• Devon Pique

Abolition Series: COVID-19 in Prison

COVID-19 has affected the American population in profound ways. The U.S. has faced over 560,000 deaths and counting and there have been over 31 million cases among citizens. Everyone has had to adapt to a strange new reality. Prisoners are one group that have been hit by this disease in a major way. In total, there have been at least 388,520 confirmed cases of COVID-19 in incarcerated people in the United States, with some sources saying there have been even more. According to the Marshall Project, one in five prisoners in the U.S has contracted coronavirus. The case rate among prisoners is also exceptionally high, with some states showing 9.4 times more cases in prison per 100 people than the state average. For example, in Michigan, two in three prisoners have tested positive for COVID-19 and one out of every 273 of those infected have died, 2.1 times the overall rate in Michigan.

It’s clear that prisons are a hotbed for COVID, but some may wonder why. Perhaps it's the conditions they live in. Public health officials warned wardens early on that prisons were a place where COVID-19 could quickly spread. Without the ability to socially distance and the generally poor sanitation that prisons provide, it was inevitable that COVID-19 would be a problem.

The prison system’s response to the virus early on in the pandemic was quite weak. A court found one Texas prison didn’t supply soap, left sinks in disrepair, and had no hand sanitizer. Another prison in Ohio, Pickaway Correctional Institution, tried to use bed sheets as makeshift tents in an attempt to slow the spread of the virus, but four out of five prisoners ended up being infected anyway. A study done by the American Civil Liberties Union (ACLU) scored each state by the steps they took to ensure prisoners were protected from the virus in a letter grade (F-A). Points were assigned based on COVID-19 testing, access to personal protective equipment (PPE) such as masks, attempts to lower population, and how public their information was regarding COVID-19. No state scored higher than a D rating. California made the choice to release as many as 3,500 inmates in an attempt to stop the overcrowding and federal prisons stopped accepting new prisoners, however, this only shifted the pressure to county jails that were stuck with the prisoners they couldn’t transfer over. Issues also arose in testing inmates before transferring them to a new facility. In another incident in California, between 28th May and 30th May of 2020, 189 medically vulnerable prison inmates from the California Institution for Men in Chino were transferred to San Quentin in an attempt to protect them from COVID-19. Before the inmates were loaded onto the bus prison officials conducted temperature and verbal screenings for COVID-19, however many of those on the bus had been early on in their infection cycle so these screenings didn’t catch those who were sick. This resulted in more than 2,230 inmates and 280 staff members of San Quentin becoming infected with the COVID-19 virus by August.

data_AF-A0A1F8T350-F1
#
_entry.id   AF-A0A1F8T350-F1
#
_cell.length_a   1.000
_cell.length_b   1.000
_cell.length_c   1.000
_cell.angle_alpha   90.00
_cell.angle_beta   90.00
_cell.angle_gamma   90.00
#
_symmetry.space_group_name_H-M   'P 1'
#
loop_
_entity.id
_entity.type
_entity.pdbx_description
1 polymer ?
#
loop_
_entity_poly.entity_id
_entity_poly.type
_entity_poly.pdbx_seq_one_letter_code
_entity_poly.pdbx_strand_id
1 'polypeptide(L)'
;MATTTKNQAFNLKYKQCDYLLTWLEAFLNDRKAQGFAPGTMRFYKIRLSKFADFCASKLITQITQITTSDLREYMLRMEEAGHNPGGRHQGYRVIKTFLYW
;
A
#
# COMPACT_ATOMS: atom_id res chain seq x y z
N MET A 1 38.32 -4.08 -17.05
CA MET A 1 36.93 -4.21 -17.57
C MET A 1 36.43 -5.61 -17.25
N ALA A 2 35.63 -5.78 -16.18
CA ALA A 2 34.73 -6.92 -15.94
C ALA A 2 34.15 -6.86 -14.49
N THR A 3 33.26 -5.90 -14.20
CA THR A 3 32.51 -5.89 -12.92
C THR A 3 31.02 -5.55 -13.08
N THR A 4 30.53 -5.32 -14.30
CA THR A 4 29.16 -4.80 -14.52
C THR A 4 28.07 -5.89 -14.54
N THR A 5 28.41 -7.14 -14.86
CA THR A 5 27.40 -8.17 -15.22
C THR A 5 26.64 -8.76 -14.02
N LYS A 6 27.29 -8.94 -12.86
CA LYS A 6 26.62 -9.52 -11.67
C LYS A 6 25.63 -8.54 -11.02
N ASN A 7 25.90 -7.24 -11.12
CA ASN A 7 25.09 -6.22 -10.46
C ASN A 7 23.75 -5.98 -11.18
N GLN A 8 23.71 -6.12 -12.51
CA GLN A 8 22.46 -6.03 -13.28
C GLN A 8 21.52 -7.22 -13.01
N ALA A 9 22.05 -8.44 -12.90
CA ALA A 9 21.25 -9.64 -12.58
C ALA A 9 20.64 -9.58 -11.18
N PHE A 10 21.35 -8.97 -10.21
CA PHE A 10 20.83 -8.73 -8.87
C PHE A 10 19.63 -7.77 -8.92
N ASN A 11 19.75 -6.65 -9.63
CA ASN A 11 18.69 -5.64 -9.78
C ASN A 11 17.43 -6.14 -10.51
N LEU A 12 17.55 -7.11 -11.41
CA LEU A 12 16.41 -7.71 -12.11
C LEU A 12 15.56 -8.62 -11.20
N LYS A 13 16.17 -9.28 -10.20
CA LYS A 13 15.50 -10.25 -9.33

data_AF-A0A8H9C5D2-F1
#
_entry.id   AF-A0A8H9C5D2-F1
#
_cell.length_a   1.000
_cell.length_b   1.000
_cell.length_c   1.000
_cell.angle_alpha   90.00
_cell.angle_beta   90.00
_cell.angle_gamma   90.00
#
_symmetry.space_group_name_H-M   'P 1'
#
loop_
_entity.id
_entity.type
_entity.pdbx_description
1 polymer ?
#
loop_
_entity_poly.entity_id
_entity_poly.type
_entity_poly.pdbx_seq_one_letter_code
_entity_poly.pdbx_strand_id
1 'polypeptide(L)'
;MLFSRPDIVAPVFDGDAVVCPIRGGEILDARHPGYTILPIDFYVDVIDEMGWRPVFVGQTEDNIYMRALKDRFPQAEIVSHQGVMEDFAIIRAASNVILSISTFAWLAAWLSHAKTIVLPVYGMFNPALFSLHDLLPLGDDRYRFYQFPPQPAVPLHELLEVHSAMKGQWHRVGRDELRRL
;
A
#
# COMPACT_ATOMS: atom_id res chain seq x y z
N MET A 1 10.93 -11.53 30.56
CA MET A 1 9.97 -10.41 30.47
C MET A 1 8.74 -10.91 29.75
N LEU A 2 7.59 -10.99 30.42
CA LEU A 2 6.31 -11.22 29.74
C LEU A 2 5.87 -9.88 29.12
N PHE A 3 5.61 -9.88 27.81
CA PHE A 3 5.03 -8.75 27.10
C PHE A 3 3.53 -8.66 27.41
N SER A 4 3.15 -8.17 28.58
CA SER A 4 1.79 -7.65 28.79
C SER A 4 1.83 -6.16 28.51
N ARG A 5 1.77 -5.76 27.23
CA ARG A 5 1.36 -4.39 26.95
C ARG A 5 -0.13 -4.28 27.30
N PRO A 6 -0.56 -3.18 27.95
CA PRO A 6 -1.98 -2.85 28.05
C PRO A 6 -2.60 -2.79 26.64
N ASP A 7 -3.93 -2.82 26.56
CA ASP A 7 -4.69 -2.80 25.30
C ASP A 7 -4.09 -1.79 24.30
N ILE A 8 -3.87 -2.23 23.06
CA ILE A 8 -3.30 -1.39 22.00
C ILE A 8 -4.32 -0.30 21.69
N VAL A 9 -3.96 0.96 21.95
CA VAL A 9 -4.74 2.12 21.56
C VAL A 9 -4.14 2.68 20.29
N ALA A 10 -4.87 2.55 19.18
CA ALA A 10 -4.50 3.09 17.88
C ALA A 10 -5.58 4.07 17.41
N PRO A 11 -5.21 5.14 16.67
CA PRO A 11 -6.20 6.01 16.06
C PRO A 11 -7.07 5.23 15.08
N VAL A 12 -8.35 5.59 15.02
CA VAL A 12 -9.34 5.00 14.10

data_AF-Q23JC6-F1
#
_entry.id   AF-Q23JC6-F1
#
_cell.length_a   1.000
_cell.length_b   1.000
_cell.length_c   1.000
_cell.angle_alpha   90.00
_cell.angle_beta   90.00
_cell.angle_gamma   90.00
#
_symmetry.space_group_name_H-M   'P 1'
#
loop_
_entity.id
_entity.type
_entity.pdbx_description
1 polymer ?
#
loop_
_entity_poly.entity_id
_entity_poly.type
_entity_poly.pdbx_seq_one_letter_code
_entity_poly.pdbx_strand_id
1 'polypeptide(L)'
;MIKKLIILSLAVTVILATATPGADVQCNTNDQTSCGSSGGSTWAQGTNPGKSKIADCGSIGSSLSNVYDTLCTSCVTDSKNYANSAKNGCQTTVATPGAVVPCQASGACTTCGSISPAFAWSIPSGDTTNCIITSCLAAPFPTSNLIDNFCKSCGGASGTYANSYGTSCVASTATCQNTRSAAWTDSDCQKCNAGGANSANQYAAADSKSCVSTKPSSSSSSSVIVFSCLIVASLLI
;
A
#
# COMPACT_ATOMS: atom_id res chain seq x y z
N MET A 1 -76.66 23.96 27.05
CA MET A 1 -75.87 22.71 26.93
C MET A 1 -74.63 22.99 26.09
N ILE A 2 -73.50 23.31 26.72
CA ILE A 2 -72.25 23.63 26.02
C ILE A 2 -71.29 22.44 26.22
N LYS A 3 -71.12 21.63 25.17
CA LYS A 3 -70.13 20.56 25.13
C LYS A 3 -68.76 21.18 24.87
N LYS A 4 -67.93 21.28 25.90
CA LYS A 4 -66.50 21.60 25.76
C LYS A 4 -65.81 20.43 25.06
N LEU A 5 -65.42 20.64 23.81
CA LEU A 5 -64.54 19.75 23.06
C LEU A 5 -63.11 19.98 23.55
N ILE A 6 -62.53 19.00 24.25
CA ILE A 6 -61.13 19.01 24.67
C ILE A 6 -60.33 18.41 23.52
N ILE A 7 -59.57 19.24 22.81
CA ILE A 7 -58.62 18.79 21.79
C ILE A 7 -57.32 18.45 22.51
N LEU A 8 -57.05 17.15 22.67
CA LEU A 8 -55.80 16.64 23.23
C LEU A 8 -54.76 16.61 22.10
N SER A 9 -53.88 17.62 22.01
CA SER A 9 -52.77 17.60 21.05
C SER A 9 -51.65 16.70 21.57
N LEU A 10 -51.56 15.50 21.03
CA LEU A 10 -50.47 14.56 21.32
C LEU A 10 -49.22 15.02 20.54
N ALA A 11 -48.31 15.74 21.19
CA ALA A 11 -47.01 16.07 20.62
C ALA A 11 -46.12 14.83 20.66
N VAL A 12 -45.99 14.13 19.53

With the vaccine finally here, one would assume that prisoners living in these overcrowded, unsanitary conditions would finally get some relief. However, many states didn’t include prisoners in the priority tier of those getting vaccinated. California, Texas, Florida, and many other states didn’t open up vaccination to all prisoners until after March, leaving this extremely vulnerable population in the lurch for many months.

Unfortunately, prisoners in this country have been left behind for quite some time, and this virus has only highlighted that fact. Hopefully, we can begin to see some real reform within the prison system.

Speaking Plainly

  • Prisoners have experienced much higher rates of COVID than the general population

  • Jails and prison as a whole have been a hotspot for COVID-19

  • Part of the reason is due to sanitation, overcrowding, and the steps prison officials took to stop the spread.

  • Early on, prisoners weren’t prioritized in getting the vaccine but have been approved more recently